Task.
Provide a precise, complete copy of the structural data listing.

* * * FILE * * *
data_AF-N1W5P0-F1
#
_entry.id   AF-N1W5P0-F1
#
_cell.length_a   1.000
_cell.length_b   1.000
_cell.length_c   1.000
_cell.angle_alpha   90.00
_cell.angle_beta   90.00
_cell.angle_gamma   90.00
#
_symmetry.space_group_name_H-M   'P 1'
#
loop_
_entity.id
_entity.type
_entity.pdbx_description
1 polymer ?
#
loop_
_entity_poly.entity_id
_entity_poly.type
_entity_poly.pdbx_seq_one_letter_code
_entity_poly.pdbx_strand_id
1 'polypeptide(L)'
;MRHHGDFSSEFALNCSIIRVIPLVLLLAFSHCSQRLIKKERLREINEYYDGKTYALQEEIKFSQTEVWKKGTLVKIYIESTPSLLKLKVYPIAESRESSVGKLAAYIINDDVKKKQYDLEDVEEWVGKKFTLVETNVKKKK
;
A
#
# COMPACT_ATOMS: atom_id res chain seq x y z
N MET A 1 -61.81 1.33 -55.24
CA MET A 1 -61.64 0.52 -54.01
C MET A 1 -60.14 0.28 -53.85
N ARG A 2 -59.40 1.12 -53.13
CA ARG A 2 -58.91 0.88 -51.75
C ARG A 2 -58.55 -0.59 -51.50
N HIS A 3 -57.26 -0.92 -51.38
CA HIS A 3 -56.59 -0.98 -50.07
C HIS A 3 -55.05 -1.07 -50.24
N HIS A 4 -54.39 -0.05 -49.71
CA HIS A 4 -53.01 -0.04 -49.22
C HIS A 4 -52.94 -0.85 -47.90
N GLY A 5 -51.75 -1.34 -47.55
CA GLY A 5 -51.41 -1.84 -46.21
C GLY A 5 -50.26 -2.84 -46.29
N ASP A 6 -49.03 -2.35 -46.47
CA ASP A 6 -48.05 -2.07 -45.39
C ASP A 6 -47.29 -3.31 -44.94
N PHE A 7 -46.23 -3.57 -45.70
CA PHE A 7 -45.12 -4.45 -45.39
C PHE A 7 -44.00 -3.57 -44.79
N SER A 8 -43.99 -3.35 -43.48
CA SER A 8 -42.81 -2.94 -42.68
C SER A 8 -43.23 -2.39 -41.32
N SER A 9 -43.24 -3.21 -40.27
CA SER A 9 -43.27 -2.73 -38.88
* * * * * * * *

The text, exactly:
data_AF-N1W5P0-F1
#
_entry.id   AF-N1W5P0-F1
#
_cell.length_a   1.000
_cell.length_b   1.000
_cell.length_c   1.000
_cell.angle_alpha   90.00
_cell.angle_beta   90.00
_cell.angle_gamma   90.00
#
_symmetry.space_group_name_H-M   'P 1'
#
loop_
_entity.id
_entity.type
_entity.pdbx_description
1 polymer ?
#
loop_
_entity_poly.entity_id
_entity_poly.type
_entity_poly.pdbx_seq_one_letter_code
_entity_poly.pdbx_strand_id
1 'polypeptide(L)'
;MRHHGDFSSEFALNCSIIRVIPLVLLLAFSHCSQRLIKKERLREINEYYDGKTYALQEEIKFSQTEVWKKGTLVKIYIESTPSLLKLKVYPIAESRESSVGKLAAYIINDDVKKKQYDLEDVEEWVGKKFTLVETNVKKKK
;
A
#
# COMPACT_ATOMS: atom_id res chain seq x y z
N MET A 1 -61.81 1.33 -55.24
CA MET A 1 -61.64 0.52 -54.01
C MET A 1 -60.14 0.28 -53.85
N ARG A 2 -59.40 1.12 -53.13
CA ARG A 2 -58.91 0.88 -51.75
C ARG A 2 -58.55 -0.59 -51.50
N HIS A 3 -57.26 -0.92 -51.38
CA HIS A 3 -56.59 -0.98 -50.07
C HIS A 3 -55.05 -1.07 -50.24
N HIS A 4 -54.39 -0.05 -49.71
CA HIS A 4 -53.01 -0.04 -49.22
C HIS A 4 -52.94 -0.85 -47.90
N GLY A 5 -51.75 -1.34 -47.55
CA GLY A 5 -51.41 -1.84 -46.21
C GLY A 5 -50.26 -2.84 -46.29
N ASP A 6 -49.03 -2.35 -46.47
CA ASP A 6 -48.05 -2.07 -45.39
C ASP A 6 -47.29 -3.31 -44.94
N PHE A 7 -46.23 -3.57 -45.70
CA PHE A 7 -45.12 -4.45 -45.39
C PHE A 7 -44.00 -3.57 -44.79
N SER A 8 -43.99 -3.35 -43.48
CA SER A 8 -42.81 -2.94 -42.68
C SER A 8 -43.23 -2.39 -41.32
N SER A 9 -43.24 -3.21 -40.27
CA SER A 9 -43.27 -2.73 -38.88